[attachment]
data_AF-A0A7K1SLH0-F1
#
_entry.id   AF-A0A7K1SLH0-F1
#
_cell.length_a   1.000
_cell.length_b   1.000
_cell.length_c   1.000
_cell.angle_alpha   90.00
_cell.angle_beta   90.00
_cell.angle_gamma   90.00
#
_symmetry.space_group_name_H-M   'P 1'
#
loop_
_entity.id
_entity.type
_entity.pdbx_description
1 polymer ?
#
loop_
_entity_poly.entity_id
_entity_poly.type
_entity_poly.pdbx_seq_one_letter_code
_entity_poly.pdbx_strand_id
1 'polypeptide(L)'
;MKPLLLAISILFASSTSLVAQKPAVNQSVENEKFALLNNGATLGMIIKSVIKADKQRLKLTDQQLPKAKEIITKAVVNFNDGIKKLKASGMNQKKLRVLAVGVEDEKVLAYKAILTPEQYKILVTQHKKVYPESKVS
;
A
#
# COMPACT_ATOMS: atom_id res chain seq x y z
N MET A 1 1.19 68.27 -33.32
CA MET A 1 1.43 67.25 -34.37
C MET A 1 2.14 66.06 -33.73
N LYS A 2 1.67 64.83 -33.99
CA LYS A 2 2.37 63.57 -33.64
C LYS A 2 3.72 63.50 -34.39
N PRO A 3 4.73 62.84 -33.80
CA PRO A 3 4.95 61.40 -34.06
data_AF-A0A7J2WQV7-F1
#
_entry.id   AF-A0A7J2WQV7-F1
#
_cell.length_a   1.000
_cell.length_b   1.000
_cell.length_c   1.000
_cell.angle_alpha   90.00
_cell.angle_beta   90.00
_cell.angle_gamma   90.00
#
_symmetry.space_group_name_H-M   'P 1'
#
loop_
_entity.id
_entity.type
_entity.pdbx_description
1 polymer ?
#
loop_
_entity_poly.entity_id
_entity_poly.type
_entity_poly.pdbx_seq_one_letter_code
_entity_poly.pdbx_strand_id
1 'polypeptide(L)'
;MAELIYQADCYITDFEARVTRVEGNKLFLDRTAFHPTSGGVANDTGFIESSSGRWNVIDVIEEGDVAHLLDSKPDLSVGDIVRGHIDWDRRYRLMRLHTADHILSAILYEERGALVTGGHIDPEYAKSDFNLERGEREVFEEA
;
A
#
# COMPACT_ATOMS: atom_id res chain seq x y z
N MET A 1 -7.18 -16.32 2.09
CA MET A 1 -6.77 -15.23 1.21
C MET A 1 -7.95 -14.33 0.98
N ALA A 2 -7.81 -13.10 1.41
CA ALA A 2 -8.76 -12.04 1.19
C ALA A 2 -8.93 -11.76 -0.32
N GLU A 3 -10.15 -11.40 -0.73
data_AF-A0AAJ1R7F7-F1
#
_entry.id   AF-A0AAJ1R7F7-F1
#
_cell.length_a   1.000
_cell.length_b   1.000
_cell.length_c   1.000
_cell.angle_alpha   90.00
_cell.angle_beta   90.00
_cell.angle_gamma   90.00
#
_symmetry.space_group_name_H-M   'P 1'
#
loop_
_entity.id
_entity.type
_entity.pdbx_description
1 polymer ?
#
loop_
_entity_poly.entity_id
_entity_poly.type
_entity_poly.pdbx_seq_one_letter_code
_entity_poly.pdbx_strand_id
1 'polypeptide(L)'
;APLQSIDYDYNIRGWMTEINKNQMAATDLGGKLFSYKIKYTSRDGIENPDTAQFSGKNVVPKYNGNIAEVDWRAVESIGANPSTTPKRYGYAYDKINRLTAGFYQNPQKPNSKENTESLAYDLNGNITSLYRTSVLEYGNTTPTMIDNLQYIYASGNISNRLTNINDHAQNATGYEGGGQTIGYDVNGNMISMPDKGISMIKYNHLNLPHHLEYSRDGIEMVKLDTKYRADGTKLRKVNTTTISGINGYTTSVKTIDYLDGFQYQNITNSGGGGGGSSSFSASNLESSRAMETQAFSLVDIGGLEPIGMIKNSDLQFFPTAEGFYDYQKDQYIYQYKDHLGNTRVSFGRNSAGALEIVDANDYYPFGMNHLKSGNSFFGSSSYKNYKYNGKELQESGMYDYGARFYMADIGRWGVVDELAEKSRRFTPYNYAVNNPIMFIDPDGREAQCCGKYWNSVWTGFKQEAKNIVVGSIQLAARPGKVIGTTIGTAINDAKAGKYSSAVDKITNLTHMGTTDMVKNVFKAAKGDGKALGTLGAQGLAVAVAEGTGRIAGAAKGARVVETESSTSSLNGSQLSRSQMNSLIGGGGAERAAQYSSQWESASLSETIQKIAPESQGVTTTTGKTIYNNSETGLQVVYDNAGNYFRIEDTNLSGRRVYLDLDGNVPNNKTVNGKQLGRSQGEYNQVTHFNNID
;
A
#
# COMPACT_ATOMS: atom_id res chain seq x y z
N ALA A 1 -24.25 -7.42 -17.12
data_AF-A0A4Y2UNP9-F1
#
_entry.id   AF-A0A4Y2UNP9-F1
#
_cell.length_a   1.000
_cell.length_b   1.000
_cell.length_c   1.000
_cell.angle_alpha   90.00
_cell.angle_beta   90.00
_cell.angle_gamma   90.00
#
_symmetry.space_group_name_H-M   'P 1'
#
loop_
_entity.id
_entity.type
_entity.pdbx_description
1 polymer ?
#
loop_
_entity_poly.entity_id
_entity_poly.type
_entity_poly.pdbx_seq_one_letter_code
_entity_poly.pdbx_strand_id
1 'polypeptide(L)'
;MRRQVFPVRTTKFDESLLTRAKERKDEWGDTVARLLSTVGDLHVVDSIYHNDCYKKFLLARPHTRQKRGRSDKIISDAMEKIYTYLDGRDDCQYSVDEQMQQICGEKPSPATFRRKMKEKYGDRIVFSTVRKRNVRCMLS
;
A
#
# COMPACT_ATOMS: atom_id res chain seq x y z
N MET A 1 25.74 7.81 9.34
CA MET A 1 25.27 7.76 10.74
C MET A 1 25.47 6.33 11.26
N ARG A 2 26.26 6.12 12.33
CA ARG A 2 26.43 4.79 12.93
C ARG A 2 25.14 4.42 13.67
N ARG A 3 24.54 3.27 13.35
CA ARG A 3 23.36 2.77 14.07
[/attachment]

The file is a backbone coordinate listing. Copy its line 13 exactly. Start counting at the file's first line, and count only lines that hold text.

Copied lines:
#